City of Hamilton (2016). Household food waste PowerPoint presentation to Community Food Advisors.

Dunlap, J. C. & Lowenthal, P. R. (2016, September 8). Getting graphic about infographics: Design lessons learned from popular infographics. Journal of Visual Literacy, 35(1), 42–59.

Hubspot (2023)


Pennsylvania Committee for Public Safety. “Food Don’t Waste It.” Special Collections, USDA National Agricultural Library. Accessed February 17, 2023, https://www.nal.usda.gov/exhibits/speccoll/items/show/224.



Activity 8: Outline a Student Graphics Activity

Create a poster to show some examples of fibre-rich foods

Goal: The purpose of this assignment is to create a poster to show some examples of fibre-rich foods

Scope/Boundaries: This is an individual work activity. Students will create a poster using Microsoft Word to show some examples of fibre-rich foods they learned in class. Each food item must be clearly labeled. Students will search for food images from a list of websites provided. This poster is a living document, more fibre-rich foods can be added to the poster later on. Students can use the poster as a study aid to help them store information.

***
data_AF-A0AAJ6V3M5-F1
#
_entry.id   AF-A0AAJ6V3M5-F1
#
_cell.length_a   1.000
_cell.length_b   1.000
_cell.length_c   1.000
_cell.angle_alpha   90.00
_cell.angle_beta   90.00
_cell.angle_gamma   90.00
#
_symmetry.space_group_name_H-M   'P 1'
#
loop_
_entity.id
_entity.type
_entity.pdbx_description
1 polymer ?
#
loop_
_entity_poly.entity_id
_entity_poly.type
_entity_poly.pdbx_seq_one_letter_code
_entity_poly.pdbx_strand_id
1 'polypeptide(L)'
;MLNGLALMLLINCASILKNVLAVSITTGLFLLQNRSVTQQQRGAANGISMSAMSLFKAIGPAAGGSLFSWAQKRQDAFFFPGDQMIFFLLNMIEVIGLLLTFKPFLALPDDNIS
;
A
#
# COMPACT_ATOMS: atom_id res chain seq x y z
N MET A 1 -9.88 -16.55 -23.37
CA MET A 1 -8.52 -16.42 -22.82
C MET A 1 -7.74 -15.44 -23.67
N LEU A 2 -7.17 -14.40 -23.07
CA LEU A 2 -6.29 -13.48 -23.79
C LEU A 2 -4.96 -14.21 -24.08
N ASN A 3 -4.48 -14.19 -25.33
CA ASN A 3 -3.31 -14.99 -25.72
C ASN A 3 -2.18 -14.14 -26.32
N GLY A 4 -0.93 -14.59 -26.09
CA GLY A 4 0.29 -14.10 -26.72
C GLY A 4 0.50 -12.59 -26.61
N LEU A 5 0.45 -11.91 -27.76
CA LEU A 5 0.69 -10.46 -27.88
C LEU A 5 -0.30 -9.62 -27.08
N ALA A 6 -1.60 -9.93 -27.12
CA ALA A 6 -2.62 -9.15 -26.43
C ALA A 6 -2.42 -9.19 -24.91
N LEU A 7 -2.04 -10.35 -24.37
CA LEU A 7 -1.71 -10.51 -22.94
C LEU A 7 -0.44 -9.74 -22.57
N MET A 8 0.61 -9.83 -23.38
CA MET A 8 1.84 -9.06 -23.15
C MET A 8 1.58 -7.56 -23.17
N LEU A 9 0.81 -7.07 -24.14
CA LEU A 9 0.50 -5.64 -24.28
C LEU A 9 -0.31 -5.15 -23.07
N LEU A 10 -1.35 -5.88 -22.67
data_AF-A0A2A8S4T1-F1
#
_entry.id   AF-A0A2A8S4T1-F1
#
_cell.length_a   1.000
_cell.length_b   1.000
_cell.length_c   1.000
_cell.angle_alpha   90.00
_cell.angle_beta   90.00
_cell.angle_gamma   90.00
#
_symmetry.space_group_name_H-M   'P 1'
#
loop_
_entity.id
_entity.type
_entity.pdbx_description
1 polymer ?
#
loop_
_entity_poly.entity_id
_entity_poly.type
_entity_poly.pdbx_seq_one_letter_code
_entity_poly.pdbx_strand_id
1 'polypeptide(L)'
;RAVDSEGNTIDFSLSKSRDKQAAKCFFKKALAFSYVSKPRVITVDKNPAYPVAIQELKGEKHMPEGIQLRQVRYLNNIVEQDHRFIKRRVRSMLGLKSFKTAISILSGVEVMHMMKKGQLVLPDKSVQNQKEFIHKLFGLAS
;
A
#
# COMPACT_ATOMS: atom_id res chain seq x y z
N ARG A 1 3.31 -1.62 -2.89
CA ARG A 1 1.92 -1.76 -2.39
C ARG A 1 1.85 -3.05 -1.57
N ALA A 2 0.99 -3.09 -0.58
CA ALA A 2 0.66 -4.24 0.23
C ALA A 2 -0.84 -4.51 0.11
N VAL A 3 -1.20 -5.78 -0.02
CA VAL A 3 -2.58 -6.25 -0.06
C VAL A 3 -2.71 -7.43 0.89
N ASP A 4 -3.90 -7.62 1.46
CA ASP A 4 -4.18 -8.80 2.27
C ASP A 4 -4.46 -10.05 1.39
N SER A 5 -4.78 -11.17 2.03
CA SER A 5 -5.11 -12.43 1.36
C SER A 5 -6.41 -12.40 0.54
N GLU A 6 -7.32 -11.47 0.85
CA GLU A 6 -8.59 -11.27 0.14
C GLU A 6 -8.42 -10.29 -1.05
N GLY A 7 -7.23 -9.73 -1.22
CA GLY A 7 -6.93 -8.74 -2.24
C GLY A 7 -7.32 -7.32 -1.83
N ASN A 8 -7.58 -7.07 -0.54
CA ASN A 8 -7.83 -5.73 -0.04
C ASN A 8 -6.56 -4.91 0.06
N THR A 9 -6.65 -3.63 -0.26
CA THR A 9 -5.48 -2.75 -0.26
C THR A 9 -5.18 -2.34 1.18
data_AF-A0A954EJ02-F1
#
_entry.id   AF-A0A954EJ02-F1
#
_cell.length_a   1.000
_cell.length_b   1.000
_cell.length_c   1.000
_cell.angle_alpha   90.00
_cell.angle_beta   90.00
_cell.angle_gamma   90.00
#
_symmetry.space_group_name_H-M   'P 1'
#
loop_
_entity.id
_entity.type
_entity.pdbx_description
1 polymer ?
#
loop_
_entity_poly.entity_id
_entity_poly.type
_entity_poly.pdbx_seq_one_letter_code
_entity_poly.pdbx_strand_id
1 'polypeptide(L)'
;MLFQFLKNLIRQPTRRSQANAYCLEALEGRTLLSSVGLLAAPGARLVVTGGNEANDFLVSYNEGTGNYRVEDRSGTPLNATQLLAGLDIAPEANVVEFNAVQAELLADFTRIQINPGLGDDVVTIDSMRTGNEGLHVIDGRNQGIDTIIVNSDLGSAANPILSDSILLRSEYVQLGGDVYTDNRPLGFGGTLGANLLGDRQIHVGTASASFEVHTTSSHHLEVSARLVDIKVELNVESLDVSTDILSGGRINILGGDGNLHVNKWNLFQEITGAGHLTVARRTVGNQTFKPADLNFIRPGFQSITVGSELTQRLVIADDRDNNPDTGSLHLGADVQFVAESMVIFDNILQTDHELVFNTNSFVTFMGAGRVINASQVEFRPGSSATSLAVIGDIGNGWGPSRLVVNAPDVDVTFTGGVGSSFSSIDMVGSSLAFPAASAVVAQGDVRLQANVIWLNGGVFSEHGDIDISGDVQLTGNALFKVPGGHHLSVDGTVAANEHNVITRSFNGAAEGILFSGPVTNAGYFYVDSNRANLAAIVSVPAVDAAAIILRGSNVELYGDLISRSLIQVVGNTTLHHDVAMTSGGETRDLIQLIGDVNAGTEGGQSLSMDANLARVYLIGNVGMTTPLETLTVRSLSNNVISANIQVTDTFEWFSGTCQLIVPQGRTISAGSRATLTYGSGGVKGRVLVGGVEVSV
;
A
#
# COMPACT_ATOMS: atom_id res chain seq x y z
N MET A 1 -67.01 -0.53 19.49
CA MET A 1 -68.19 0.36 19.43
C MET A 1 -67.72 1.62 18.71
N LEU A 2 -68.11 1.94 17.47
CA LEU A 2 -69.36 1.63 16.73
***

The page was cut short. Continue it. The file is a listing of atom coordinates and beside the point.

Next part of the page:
Tutorial: Students will be provided with a short demonstration on how to use some features in the Microsoft Words such as text box, WordArt, colour and lines, AutoShapes and how to insert images into a document.

Students will also be provided with the following websites to search for food images.





This is an example of a fibre-rich poster

Assignment 1: Sourcing a Piece of Media

Topic: Climate Change and Global Warming


Climate change is a serious and urgent problem we face these days. You may have heard of the term “climate change” in the media many times.  But do you know what it is and how it will affect us? In order to take climate action, you first need to understand the basics. In this lesson, you will learn a number of terms related to climate change as well as the causes and effects of climate change. In the next few lessons, you will learn many other aspects of climate change including the practical solutions that can help protect our planet’s future.


Learning Outcome

When you have completed this lesson you should be able to:

  • describe the terms “global warming” and “climate change” and identify at least three threats of climate change to the planet.